Pamyua brings Inuit soul to Montana

Alaska-based band delivers “tribal funk” to Helena, Whitefish and Polson

On Stage

Pamyua brings their unique, infectious fusion of Inuit soul music to The Myrna Loy stage in Helena Oct. 26, the O’Shaughnessy Center in Whitefish Oct. 27, and the Polson High School Auditorium Oct. 28.

Prepare to be swept up in their driving rhythms, melodic songs and joy.

The Alaska-based group creates an exciting blend of songs mixing traditional Inuit songs with R&B, soul, and gospel.

The group combines traditional Yup’ik dancing, which is an ancient form of Inuit dance, with their music, says co-founder Philip Blanchett.

He and his brother, Qacung, founded the group in 1995, when they started singing a mix of music from their youth. Their mother is Yup’ik and their father, African American.

“We’re probably going to begin our show with a showcase of traditional dancing, so that the audience can get an idea of the context of the rest of the show, which is a real special, unique fusion of arrangements and musical styles,” says Phillip.

Audiences will get “a traditional and contemporary experience of music from the North,” he says. “We definitely have a soulful, gospel and R&B vibe to it.”

A recent reviewer at the LA Global Fest gave a glowing write-up, saying “the funky dance/drum tribal beat was infectious.”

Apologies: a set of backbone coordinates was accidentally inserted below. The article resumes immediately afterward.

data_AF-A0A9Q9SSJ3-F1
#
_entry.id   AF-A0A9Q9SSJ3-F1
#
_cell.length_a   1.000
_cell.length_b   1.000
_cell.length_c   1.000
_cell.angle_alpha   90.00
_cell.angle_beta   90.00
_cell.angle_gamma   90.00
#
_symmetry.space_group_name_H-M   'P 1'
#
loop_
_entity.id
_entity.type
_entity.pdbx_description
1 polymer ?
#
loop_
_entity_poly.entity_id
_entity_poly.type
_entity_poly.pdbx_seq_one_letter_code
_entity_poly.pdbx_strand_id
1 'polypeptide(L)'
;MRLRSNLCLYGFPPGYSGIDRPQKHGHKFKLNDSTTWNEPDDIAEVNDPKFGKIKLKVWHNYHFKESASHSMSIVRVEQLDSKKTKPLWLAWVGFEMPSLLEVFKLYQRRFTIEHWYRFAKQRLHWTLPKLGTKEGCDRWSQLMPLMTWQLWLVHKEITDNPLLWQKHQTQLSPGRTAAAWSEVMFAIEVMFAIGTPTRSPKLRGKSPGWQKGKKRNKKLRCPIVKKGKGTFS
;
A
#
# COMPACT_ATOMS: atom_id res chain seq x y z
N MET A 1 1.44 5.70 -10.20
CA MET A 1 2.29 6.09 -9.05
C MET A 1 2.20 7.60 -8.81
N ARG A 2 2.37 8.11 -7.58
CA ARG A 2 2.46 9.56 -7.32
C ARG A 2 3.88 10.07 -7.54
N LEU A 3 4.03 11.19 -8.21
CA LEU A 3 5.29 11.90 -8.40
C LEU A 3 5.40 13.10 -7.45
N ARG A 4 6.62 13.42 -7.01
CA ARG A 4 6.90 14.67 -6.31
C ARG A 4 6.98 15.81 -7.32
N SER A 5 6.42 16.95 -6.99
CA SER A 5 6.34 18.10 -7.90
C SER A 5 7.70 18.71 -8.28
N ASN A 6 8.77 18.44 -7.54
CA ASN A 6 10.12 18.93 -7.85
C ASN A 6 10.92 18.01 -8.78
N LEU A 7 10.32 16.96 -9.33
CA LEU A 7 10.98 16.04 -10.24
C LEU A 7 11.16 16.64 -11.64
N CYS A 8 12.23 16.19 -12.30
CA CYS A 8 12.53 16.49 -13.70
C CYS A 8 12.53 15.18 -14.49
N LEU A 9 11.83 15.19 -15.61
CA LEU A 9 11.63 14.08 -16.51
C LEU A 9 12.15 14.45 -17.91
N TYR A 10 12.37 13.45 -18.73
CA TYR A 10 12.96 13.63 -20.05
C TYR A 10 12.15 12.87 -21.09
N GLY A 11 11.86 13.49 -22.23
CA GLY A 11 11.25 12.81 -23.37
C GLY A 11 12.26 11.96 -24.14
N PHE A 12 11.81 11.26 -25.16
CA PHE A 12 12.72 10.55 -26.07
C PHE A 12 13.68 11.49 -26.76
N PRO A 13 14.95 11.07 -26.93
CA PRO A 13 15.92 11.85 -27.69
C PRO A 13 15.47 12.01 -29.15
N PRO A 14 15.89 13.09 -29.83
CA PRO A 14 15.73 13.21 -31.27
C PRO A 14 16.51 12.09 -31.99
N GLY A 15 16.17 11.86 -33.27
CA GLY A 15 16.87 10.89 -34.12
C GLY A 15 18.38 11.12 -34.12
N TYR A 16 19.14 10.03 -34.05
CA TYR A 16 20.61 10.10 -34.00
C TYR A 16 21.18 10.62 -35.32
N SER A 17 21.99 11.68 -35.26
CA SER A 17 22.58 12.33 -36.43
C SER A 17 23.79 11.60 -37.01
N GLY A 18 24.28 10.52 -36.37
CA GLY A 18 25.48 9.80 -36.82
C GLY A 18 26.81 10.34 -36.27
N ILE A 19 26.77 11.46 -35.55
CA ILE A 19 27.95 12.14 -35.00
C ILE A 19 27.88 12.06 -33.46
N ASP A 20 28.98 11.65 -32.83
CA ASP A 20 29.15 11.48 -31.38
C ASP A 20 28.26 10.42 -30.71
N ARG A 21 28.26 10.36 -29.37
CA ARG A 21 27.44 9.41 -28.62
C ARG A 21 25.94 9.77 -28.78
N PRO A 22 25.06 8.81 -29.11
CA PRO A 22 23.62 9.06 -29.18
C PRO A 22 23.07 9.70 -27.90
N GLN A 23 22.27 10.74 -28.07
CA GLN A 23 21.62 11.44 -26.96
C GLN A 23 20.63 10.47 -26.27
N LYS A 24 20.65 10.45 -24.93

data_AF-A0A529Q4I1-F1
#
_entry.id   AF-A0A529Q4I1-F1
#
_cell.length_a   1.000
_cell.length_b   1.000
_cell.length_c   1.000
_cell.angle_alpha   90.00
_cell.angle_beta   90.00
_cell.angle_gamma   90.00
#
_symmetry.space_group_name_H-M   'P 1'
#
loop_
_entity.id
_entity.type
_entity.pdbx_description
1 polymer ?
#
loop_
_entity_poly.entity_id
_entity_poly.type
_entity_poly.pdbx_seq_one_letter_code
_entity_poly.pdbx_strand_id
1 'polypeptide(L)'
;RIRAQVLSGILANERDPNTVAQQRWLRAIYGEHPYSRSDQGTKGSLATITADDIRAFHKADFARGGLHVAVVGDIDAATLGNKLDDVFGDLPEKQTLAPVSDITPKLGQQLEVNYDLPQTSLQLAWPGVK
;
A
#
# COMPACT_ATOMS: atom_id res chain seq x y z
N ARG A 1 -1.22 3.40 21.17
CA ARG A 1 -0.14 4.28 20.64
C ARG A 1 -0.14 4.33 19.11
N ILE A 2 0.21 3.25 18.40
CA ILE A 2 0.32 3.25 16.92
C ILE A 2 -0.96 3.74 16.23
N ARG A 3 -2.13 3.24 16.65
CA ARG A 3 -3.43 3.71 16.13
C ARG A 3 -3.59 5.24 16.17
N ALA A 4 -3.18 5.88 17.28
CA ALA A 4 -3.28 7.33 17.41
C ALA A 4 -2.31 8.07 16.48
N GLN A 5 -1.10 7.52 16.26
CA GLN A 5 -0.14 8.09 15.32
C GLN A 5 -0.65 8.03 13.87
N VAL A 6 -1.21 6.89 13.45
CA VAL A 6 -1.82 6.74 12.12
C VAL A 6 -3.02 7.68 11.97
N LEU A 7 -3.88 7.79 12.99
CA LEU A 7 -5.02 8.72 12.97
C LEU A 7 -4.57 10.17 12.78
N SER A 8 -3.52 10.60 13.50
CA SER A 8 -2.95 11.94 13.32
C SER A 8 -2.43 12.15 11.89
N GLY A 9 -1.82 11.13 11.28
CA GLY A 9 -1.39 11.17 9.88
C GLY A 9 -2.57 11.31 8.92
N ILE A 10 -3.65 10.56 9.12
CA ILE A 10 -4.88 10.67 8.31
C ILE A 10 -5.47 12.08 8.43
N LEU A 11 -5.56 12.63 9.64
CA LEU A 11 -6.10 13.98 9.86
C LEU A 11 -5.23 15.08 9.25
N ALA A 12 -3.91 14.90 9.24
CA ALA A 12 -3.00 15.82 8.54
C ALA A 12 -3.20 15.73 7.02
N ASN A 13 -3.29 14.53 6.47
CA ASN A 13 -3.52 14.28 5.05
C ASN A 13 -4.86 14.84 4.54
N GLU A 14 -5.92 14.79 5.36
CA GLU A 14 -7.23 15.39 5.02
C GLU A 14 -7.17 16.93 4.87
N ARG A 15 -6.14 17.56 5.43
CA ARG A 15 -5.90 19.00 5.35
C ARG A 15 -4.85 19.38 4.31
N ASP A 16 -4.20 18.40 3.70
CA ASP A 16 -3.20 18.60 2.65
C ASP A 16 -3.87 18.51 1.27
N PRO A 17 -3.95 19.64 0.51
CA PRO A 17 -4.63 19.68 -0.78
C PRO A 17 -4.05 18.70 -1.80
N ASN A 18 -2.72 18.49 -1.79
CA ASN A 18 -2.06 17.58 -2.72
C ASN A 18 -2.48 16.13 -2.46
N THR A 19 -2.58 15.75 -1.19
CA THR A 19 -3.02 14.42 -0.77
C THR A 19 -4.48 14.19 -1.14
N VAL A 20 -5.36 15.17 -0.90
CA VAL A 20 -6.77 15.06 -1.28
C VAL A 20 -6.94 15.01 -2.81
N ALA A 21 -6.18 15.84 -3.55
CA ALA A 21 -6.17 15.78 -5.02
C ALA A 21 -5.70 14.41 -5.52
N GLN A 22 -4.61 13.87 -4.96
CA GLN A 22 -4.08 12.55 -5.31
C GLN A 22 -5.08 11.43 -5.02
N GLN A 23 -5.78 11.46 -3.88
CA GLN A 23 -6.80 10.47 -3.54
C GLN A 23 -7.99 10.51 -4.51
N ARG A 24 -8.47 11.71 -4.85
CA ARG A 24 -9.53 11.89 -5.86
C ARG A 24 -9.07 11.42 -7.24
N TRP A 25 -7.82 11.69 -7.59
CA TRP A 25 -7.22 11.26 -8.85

The most famous Inuit band in Alaska, they’ve “toured around the world — including the far reaches of Siberia — singing and dancing their potent, joy-filled blend of ‘Inuit soul,’” wrote the LA Times.

Qacung says Pamyua (pronounced BUM-you-a) is more than a band –  “it’s a calling.”

“(W)e’re making our music to save lives — to keep our culture alive.”

The six-member ensemble is just finishing a nine-week Arts Midwest World Fest Tour before coming to Montana.

“The community can really experience something that is culturally unique,” Phillip says of their show. “We offer a very interactive show and will be having a lot of fun with the audience. They are part of the entertainment, not just watching.

“They will be learning something unique to the Indigenous ways.

“There’s going to be a lot of laughter. Humor is a big part of our culture – as well as really strong, emotional songs.”

In Helena and the Mission Valley, they’ll offer school outreach programs; they also perform a student matinee at the Alberta Bair in Billings Oct. 24.

Montana performances:

Helena: 7:30 p.m. Thursday, Oct. 26 at The Myrna Loy; tickets are $25 and available at the box office, by calling 406-443-0287 or online at

Whitefish: 7:30 p.m. Oct.  27 at the O’Shaughnessy Center. Learn more here.

 Polson: 7 p.m. Oct. 28 at the Polson High Auditorium; tickets to the Mission Valley Live performance are available online or at the door.